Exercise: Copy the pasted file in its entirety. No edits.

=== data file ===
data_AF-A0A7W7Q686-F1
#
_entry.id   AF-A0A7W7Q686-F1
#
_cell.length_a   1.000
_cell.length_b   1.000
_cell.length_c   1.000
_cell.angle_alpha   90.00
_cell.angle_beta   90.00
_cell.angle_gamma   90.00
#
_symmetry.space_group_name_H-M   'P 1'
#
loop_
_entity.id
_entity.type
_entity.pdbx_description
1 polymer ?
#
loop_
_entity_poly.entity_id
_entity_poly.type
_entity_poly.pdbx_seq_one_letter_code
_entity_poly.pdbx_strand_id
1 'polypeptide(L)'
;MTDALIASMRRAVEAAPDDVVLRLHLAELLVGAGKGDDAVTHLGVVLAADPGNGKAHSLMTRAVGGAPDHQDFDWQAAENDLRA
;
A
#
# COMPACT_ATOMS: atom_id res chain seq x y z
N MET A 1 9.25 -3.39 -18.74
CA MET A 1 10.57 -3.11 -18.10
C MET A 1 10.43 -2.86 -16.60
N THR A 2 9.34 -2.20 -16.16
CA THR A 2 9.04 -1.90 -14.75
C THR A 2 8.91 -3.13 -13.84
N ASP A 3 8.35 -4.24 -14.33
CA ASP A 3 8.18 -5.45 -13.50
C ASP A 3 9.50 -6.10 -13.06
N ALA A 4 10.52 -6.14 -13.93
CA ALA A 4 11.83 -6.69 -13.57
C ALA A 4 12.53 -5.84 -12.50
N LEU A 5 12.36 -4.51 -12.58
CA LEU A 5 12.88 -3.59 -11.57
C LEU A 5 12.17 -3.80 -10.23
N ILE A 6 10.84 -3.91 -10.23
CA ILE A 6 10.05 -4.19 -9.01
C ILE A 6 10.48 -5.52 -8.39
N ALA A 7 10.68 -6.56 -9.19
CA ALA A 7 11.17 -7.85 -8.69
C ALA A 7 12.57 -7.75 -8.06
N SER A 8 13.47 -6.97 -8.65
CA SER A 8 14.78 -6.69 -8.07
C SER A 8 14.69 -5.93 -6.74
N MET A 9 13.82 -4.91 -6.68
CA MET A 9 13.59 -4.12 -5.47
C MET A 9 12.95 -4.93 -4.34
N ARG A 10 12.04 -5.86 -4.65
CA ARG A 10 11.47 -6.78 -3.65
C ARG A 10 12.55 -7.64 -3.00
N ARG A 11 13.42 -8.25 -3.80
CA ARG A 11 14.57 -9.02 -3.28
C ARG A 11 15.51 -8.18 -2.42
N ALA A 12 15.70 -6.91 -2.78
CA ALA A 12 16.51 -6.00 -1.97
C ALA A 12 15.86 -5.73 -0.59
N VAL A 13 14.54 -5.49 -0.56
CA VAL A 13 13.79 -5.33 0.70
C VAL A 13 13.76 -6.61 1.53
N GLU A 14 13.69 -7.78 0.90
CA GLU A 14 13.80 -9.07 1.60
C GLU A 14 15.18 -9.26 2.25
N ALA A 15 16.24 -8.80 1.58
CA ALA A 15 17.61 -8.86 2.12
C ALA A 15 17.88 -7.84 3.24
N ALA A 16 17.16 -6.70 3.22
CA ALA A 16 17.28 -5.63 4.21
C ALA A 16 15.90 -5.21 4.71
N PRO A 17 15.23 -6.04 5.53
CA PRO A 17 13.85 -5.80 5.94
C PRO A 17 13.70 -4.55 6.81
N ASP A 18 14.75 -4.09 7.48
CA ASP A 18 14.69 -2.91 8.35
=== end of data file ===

data_AF-A0A7W7Q686-F1
#
_entry.id   AF-A0A7W7Q686-F1
#
_cell.length_a   1.000
_cell.length_b   1.000
_cell.length_c   1.000
_cell.angle_alpha   90.00
_cell.angle_beta   90.00
_cell.angle_gamma   90.00
#
_symmetry.space_group_name_H-M   'P 1'
#
loop_
_entity.id
_entity.type
_entity.pdbx_description
1 polymer ?
#
loop_
_entity_poly.entity_id
_entity_poly.type
_entity_poly.pdbx_seq_one_letter_code
_entity_poly.pdbx_strand_id
1 'polypeptide(L)'
;MTDALIASMRRAVEAAPDDVVLRLHLAELLVGAGKGDDAVTHLGVVLAADPGNGKAHSLMTRAVGGAPDHQDFDWQAAENDLRA
;
A
#
# COMPACT_ATOMS: atom_id res chain seq x y z
N MET A 1 9.25 -3.39 -18.74
CA MET A 1 10.57 -3.11 -18.10
C MET A 1 10.43 -2.86 -16.60
N THR A 2 9.34 -2.20 -16.16
CA THR A 2 9.04 -1.90 -14.75
C THR A 2 8.91 -3.13 -13.84
N ASP A 3 8.35 -4.24 -14.33
CA ASP A 3 8.18 -5.45 -13.50
C ASP A 3 9.50 -6.10 -13.06
N ALA A 4 10.52 -6.14 -13.93
CA ALA A 4 11.83 -6.69 -13.57
C ALA A 4 12.53 -5.84 -12.50
N LEU A 5 12.36 -4.51 -12.58
CA LEU A 5 12.88 -3.59 -11.57
C LEU A 5 12.17 -3.80 -10.23
N ILE A 6 10.84 -3.91 -10.23
CA ILE A 6 10.05 -4.19 -9.01
C ILE A 6 10.48 -5.52 -8.39
N ALA A 7 10.68 -6.56 -9.19
CA ALA A 7 11.17 -7.85 -8.69
C ALA A 7 12.57 -7.75 -8.06
N SER A 8 13.47 -6.97 -8.65
CA SER A 8 14.78 -6.69 -8.07
C SER A 8 14.69 -5.93 -6.74
N MET A 9 13.82 -4.91 -6.68
CA MET A 9 13.59 -4.12 -5.47
C MET A 9 12.95 -4.93 -4.34
N ARG A 10 12.04 -5.86 -4.65
CA ARG A 10 11.47 -6.78 -3.65
C ARG A 10 12.55 -7.64 -3.00
N ARG A 11 13.42 -8.25 -3.80
CA ARG A 11 14.57 -9.02 -3.28
C ARG A 11 15.51 -8.18 -2.42
N ALA A 12 15.70 -6.91 -2.78
CA ALA A 12 16.51 -6.00 -1.97
C ALA A 12 15.86 -5.73 -0.59
N VAL A 13 14.54 -5.49 -0.56
CA VAL A 13 13.79 -5.33 0.70
C VAL A 13 13.76 -6.61 1.53
N GLU A 14 13.69 -7.78 0.90
CA GLU A 14 13.80 -9.07 1.60
C GLU A 14 15.18 -9.26 2.25
N ALA A 15 16.24 -8.80 1.58
CA ALA A 15 17.61 -8.86 2.12
C ALA A 15 17.88 -7.84 3.24
N ALA A 16 17.16 -6.70 3.22
CA ALA A 16 17.28 -5.63 4.21
C ALA A 16 15.90 -5.21 4.71
N PRO A 17 15.23 -6.04 5.53
CA PRO A 17 13.85 -5.80 5.94
C PRO A 17 13.70 -4.55 6.81
N ASP A 18 14.75 -4.09 7.48
CA ASP A 18 14.69 -2.91 8.35